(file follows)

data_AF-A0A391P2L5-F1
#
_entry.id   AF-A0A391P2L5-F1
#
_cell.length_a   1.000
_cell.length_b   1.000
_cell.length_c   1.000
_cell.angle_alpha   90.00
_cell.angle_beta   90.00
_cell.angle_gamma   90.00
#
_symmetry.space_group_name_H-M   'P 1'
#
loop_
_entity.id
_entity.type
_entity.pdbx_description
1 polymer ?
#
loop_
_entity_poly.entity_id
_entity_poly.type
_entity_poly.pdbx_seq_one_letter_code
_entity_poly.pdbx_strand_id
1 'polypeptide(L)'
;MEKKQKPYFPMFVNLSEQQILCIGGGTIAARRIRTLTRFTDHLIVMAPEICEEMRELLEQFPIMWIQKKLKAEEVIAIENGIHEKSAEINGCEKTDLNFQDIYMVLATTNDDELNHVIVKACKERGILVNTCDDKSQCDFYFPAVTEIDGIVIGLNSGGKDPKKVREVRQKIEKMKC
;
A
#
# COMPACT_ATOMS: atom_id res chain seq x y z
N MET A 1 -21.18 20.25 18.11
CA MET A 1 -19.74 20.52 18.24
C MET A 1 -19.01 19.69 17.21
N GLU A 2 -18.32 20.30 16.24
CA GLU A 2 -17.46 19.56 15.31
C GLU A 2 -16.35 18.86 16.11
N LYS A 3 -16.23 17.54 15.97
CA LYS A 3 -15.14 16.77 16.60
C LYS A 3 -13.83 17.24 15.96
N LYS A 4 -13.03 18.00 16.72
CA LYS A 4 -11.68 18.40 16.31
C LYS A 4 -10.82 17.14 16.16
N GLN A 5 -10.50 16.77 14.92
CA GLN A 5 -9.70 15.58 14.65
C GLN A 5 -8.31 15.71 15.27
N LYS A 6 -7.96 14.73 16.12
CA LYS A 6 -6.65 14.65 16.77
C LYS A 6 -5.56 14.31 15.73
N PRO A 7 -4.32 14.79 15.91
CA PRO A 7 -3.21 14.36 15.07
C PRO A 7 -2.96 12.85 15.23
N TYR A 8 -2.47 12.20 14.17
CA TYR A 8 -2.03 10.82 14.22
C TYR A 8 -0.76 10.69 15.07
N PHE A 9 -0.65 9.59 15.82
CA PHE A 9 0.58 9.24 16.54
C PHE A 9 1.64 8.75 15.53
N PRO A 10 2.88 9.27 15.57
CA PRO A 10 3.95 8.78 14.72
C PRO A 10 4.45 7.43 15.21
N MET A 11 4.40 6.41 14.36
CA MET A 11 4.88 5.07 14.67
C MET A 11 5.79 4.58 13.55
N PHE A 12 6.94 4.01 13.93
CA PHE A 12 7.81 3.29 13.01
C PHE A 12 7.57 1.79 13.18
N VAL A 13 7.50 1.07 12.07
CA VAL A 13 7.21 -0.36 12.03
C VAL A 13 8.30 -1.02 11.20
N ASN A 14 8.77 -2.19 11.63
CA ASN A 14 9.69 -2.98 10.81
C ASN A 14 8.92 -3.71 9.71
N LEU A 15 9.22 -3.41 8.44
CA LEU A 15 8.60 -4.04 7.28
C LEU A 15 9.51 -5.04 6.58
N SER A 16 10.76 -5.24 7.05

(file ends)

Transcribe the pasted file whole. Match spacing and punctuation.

data_AF-A0A391P2L5-F1
#
_entry.id   AF-A0A391P2L5-F1
#
_cell.length_a   1.000
_cell.length_b   1.000
_cell.length_c   1.000
_cell.angle_alpha   90.00
_cell.angle_beta   90.00
_cell.angle_gamma   90.00
#
_symmetry.space_group_name_H-M   'P 1'
#
loop_
_entity.id
_entity.type
_entity.pdbx_description
1 polymer ?
#
loop_
_entity_poly.entity_id
_entity_poly.type
_entity_poly.pdbx_seq_one_letter_code
_entity_poly.pdbx_strand_id
1 'polypeptide(L)'
;MEKKQKPYFPMFVNLSEQQILCIGGGTIAARRIRTLTRFTDHLIVMAPEICEEMRELLEQFPIMWIQKKLKAEEVIAIENGIHEKSAEINGCEKTDLNFQDIYMVLATTNDDELNHVIVKACKERGILVNTCDDKSQCDFYFPAVTEIDGIVIGLNSGGKDPKKVREVRQKIEKMKC
;
A
#
# COMPACT_ATOMS: atom_id res chain seq x y z
N MET A 1 -21.18 20.25 18.11
CA MET A 1 -19.74 20.52 18.24
C MET A 1 -19.01 19.69 17.21
N GLU A 2 -18.32 20.30 16.24
CA GLU A 2 -17.46 19.56 15.31
C GLU A 2 -16.35 18.86 16.11
N LYS A 3 -16.23 17.54 15.97
CA LYS A 3 -15.14 16.77 16.60
C LYS A 3 -13.83 17.24 15.96
N LYS A 4 -13.03 18.00 16.72
CA LYS A 4 -11.68 18.40 16.31
C LYS A 4 -10.82 17.14 16.16
N GLN A 5 -10.50 16.77 14.92
CA GLN A 5 -9.70 15.58 14.65
C GLN A 5 -8.31 15.71 15.27
N LYS A 6 -7.96 14.73 16.12
CA LYS A 6 -6.65 14.65 16.77
C LYS A 6 -5.56 14.31 15.73
N PRO A 7 -4.32 14.79 15.91
CA PRO A 7 -3.21 14.36 15.07
C PRO A 7 -2.96 12.85 15.23
N TYR A 8 -2.47 12.20 14.17
CA TYR A 8 -2.03 10.82 14.22
C TYR A 8 -0.76 10.69 15.07
N PHE A 9 -0.65 9.59 15.82
CA PHE A 9 0.58 9.24 16.54
C PHE A 9 1.64 8.75 15.53
N PRO A 10 2.88 9.27 15.57
CA PRO A 10 3.95 8.78 14.72
C PRO A 10 4.45 7.43 15.21
N MET A 11 4.40 6.41 14.36
CA MET A 11 4.88 5.07 14.67
C MET A 11 5.79 4.58 13.55
N PHE A 12 6.94 4.01 13.93
CA PHE A 12 7.81 3.29 13.01
C PHE A 12 7.57 1.79 13.18
N VAL A 13 7.50 1.07 12.07
CA VAL A 13 7.21 -0.36 12.03
C VAL A 13 8.30 -1.02 11.20
N ASN A 14 8.77 -2.19 11.63
CA ASN A 14 9.69 -2.98 10.81
C ASN A 14 8.92 -3.71 9.71
N LEU A 15 9.22 -3.41 8.44
CA LEU A 15 8.60 -4.04 7.28
C LEU A 15 9.51 -5.04 6.58
N SER A 16 10.76 -5.24 7.05